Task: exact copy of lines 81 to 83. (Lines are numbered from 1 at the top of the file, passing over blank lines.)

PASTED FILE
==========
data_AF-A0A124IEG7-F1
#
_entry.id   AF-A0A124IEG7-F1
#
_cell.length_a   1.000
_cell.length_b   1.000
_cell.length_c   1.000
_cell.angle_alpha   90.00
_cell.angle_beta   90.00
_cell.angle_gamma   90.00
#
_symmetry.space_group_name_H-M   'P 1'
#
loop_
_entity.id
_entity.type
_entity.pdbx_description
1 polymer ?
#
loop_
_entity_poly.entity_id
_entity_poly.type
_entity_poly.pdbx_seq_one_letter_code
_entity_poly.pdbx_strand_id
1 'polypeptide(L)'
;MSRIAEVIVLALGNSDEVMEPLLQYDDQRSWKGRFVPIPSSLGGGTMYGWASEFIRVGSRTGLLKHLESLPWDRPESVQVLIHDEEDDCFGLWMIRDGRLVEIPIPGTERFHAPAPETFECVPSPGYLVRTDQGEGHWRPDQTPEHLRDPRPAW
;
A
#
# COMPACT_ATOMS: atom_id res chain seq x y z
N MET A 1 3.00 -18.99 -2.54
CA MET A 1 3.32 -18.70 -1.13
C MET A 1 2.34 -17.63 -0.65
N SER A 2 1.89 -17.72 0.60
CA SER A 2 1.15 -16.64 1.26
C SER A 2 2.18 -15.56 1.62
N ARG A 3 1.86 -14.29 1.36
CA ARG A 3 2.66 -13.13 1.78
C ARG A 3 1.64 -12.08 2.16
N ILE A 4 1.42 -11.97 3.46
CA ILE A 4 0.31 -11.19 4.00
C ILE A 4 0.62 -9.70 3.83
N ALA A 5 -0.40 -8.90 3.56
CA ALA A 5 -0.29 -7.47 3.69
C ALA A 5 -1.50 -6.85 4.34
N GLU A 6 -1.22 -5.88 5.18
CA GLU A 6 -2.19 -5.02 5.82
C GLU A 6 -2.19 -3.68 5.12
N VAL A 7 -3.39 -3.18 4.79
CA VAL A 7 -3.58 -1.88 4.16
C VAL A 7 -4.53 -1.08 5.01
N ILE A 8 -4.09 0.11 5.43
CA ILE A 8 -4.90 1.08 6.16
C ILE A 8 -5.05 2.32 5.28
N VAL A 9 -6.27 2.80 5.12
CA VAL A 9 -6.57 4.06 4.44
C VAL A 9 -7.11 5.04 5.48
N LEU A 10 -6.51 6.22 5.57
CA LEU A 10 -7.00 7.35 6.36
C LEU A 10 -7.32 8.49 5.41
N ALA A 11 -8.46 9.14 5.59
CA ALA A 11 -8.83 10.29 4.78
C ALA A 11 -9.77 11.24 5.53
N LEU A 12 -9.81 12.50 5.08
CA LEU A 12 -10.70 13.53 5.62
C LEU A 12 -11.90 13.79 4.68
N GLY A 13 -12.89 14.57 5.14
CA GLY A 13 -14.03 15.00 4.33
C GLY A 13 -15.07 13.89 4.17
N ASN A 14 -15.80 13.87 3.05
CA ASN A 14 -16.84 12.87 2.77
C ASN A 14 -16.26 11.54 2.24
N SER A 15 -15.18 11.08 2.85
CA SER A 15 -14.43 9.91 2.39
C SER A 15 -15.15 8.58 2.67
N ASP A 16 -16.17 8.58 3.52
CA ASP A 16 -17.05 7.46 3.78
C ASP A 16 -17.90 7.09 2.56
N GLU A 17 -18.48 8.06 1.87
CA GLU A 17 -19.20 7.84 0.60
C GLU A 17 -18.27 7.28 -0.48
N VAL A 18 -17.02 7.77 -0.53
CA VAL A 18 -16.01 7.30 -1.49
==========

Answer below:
C GLU A 17 -18.27 7.28 -0.48
N VAL A 18 -17.02 7.77 -0.53
CA VAL A 18 -16.01 7.30 -1.49